Naval battles between steam- and sailing ships are the core of our military feature, seen here in an early concept art.
So what about ground units? We had lengthy discussions in our team about the pros and cons of land-based combat, and as a result decided to skip ground units like infantry entirely. We are aware that the land combat system has its fans out there, who love to fight on foreign soil and who would like to see the return of infantry battalions and regiments. As Anno as a series is foremost about city building and management, skirmishes or full scale battles on the actual building zones always came with its drawbacks, such as units getting lost between buildings, as we explained in last week’s blog. A separation between the islands as building areas and the sea for warfare will ensure that both system can shine to their fullest potential.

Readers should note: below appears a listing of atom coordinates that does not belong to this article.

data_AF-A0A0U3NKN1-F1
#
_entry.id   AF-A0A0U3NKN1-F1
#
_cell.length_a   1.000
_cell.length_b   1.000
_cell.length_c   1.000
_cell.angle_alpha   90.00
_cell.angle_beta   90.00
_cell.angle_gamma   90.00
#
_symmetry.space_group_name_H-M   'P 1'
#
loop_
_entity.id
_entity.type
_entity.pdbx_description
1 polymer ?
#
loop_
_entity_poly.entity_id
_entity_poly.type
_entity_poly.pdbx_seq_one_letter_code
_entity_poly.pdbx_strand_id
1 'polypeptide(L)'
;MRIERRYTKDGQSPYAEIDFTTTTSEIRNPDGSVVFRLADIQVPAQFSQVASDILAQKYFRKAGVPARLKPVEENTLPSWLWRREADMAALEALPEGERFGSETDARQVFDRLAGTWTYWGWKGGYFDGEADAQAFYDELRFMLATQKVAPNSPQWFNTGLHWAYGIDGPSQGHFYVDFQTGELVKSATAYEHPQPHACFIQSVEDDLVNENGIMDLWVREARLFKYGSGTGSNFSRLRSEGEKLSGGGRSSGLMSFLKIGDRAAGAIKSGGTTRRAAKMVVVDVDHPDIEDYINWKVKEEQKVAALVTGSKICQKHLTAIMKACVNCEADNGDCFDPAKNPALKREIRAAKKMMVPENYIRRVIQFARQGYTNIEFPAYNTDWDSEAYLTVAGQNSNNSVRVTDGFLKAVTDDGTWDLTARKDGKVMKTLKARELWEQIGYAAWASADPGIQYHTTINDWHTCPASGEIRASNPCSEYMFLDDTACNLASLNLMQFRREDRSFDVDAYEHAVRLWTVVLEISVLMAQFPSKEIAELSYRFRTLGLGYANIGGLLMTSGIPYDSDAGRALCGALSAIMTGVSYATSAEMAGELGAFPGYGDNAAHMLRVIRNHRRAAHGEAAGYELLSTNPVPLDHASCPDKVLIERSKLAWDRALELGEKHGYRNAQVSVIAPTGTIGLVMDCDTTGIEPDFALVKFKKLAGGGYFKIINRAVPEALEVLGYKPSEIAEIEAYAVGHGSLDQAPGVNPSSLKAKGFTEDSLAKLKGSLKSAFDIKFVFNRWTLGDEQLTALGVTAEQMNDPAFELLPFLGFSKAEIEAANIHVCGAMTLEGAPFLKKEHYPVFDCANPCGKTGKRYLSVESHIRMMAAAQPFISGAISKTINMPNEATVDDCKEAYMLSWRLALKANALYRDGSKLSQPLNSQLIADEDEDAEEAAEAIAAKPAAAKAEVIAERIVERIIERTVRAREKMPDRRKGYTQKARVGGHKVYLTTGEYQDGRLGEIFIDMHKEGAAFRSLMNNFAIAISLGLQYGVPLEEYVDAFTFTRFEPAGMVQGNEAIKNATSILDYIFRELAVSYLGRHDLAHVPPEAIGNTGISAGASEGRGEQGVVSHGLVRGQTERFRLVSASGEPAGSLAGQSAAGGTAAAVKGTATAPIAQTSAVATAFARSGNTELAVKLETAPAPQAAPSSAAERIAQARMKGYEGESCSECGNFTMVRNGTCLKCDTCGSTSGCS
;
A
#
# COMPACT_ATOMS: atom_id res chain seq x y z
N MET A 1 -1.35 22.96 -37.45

You might remember the chart from our first military blog:
Land is for building; the sea is for trade and combat. Harbors are the intersection between both.
The idea is that players can plan their industrial areas and develop their cities to real metropolises without distraction, as military conflicts will be fought with naval forces clashing on the ocean. Harbors will play an important role here, as they connect the islands to each other and across the high seas to expand your empire. In order to take over an opposing island, you now have to gain control over the main harbor of the city. To defend these cities, harbor installations can be heavily fortified to defend against enemy attacks. The harbor system itself is worth talking about in more depth in a future DevBlog.
Trade routes will be also of significance, as you will need to ensure their protection during times of war when other empires try to bleed your economy dry by attacking convoys between your islands and sessions.